Cambodia holds nationwide local elections on Sunday, June 5. The ruling Cambodian People’s Party (CPP) of strongman Prime Minister Hun Sen is the only political party big enough to run candidates in all 1,652 rural and urban council precincts across Cambodia. Incumbency and patronage networks built up during Hun Sen’s 37 years in power give CPP candidates an advantage among the 86,000 hopefuls from 17 political parties competing for the 11,622 council seats up for grabs in the nation of 16 million people.
The June 5 election will test the dominance of the CPP and the limits of political freedom for its opponents five years into Hun Sen’s extensive crackdown on civil society, media and the internet.
Election watchers are paying close attention to the largest opposition group, the Candlelight Party, which dates back to 1995 but was merged with the Cambodian National Rescue Party (CNRP) in a coalition of pro-democracy forces.
The Candlelight Party, formed by longtime Hun Sen rival Sam Rainsy, has risen from the ashes of the CNRP, whose strong showing in previous communal council elections in 2017 prompted Hun Sen to dissolve the party, paving the way for his CPP to win all 125 parliamentary seats in 2018. It has faced continuous harassment from local authorities believed to be affiliated with the CPP during the 2022 campaign.
Ahead of the elections, a group of 64 civil society organizations in Cambodia called on the government to meet a set of conditions for legitimacy: a free political environment; full political rights, including the right to stand for elections; protection of the will of the voters and the right to vote; an independent National Election Committee; independent and neutral armed forces and courts; allowing civil society and allowing an independent media to function.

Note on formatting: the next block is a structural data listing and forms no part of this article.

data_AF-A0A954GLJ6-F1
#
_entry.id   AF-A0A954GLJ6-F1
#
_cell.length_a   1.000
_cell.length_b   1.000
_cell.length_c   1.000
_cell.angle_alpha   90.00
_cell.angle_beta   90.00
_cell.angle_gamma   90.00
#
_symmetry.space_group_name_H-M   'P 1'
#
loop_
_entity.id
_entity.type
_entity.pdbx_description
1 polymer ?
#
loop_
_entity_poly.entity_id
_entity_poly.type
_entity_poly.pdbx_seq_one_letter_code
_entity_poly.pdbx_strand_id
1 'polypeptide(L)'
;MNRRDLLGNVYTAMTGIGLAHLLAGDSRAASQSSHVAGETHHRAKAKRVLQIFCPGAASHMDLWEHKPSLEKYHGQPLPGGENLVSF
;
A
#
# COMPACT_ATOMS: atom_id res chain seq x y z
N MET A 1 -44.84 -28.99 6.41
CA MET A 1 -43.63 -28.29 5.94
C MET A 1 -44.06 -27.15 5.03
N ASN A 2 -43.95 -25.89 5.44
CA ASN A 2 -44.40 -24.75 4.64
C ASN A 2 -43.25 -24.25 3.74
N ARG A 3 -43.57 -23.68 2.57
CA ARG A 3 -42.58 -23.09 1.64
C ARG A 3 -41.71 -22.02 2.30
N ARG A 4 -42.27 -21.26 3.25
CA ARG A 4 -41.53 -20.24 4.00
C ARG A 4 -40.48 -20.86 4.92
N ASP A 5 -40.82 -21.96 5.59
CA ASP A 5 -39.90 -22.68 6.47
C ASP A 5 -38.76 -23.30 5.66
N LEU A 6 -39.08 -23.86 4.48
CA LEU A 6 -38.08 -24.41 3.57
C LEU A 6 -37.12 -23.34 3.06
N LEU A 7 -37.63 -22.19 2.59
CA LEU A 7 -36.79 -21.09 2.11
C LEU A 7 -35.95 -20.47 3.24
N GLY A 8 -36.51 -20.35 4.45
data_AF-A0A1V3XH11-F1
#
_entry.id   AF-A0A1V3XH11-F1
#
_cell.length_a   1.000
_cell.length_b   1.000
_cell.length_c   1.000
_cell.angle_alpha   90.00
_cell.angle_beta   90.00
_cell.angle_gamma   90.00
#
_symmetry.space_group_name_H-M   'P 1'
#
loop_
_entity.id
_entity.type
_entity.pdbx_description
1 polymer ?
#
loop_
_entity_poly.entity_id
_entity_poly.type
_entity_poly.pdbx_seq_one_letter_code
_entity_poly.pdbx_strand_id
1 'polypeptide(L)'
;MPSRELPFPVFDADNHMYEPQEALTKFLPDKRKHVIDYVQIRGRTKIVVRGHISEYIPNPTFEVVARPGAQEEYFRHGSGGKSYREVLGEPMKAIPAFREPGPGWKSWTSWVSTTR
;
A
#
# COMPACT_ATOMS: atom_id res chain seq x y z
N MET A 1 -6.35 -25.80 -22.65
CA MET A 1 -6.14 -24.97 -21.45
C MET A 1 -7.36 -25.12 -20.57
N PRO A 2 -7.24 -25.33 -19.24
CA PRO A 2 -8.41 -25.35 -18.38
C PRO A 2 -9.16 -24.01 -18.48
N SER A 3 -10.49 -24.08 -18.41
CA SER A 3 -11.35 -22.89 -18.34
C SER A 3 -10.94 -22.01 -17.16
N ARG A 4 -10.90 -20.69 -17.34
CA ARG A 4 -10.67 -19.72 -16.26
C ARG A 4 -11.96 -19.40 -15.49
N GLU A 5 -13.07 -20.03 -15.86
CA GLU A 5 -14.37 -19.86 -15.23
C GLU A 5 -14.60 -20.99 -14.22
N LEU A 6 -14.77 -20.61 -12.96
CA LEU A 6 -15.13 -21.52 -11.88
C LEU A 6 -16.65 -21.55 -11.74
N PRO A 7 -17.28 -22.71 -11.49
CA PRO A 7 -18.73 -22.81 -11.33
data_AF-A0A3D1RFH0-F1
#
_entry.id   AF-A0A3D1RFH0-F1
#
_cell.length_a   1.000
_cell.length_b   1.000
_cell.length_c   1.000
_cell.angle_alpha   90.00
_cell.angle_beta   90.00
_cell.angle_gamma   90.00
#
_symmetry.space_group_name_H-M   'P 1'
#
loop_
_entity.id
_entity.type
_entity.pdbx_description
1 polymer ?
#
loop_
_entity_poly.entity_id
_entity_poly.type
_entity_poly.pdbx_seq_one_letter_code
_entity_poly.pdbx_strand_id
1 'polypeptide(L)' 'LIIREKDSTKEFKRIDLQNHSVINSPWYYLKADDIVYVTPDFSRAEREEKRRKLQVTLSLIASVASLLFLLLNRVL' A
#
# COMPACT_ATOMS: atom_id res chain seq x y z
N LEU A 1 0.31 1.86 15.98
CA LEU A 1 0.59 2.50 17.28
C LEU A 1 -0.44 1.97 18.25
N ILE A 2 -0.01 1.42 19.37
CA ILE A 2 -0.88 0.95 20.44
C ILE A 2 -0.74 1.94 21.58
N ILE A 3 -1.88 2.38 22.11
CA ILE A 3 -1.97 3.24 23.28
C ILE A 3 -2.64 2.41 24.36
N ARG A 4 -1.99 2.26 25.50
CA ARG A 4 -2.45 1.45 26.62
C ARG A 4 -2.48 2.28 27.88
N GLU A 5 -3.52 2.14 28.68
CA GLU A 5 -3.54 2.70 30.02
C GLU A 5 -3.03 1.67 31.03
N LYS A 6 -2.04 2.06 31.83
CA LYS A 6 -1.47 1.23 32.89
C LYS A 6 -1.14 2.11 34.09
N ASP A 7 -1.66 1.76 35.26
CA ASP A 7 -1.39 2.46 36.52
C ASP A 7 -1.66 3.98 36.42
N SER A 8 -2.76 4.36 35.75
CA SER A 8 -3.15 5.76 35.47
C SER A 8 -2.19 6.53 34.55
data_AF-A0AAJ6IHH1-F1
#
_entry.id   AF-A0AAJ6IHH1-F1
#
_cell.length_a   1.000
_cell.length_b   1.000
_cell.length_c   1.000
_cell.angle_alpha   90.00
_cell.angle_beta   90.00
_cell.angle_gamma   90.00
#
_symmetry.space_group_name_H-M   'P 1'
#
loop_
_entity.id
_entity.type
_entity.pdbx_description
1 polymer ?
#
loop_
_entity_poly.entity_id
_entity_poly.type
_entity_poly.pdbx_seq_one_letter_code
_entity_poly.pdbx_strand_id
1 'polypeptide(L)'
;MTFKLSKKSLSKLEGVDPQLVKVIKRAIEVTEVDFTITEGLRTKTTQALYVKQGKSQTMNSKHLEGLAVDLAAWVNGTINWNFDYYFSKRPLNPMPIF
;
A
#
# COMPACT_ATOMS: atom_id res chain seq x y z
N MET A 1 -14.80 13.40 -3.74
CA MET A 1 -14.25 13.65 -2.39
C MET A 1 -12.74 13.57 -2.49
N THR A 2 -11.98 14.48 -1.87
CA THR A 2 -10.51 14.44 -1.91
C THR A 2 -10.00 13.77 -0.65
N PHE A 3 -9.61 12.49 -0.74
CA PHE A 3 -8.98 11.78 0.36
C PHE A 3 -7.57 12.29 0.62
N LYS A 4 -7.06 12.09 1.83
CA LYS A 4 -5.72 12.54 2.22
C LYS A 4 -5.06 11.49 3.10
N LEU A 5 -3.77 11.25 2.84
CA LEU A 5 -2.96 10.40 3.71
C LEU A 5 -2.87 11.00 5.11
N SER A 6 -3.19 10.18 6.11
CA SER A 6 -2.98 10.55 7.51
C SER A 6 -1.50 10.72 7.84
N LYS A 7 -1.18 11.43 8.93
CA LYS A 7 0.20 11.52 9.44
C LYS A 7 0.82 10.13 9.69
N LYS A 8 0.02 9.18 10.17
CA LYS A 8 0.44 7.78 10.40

Meanwhile, the United States, European Union and the United Nations have consistently urged Cambodia to re-open civic, political and media space ahead of the elections by ensuring inclusive political participation by all stakeholders and dropping questionable charges against political prisoners. The European Parliament recently adopted a resolution warning that Cambodia could lose its trade privileges with the EU if the elections are found to be unfair.
1. May 21-June 3, 2022: The 14-day election campaign
2. June 5, 2022: Election Day, the vote count, and posting of provisional results at polling stations
3. June 11-25, 2022: Appeals accepted against provisional election results
4. June 26, 2022: Official results announced
5. July 25, 2022: Elections to be rerun, if needed
• At least 300 commune council candidates from the Candlelight Party, Khmer Will Party and Beehive Social Democratic Party were removed from standing for the election for actions, including forging thumbprints, claiming fake qualifications, or their biography.
• The Interior Ministry refused to register the Cambodia National Heart Party after accusing the party’s founder, Seam Pluk, of receiving overseas financial support from Sam Rainsy. Pluk is being held in pre-trial detention after being charged with forging documents for his party registration.
• At least five candidates from the Candlelight Party have been imprisoned ahead of the election campaign, while other candidates have been coerced into withdrawing their candidacies to avoid legal charges or prosecution.
• A suspicious politically motivated killing of the Candlelight Party’s vice-chief for Phnom Penh’s Chhbar Ampov district, Choeun Sarim.
• Over 60 political prisoners are being held in pre-trial detention, while political activists affiliated with the CNRP –– as well as social, environmental and labor activists –– face arrest, detention and unlawful confinement.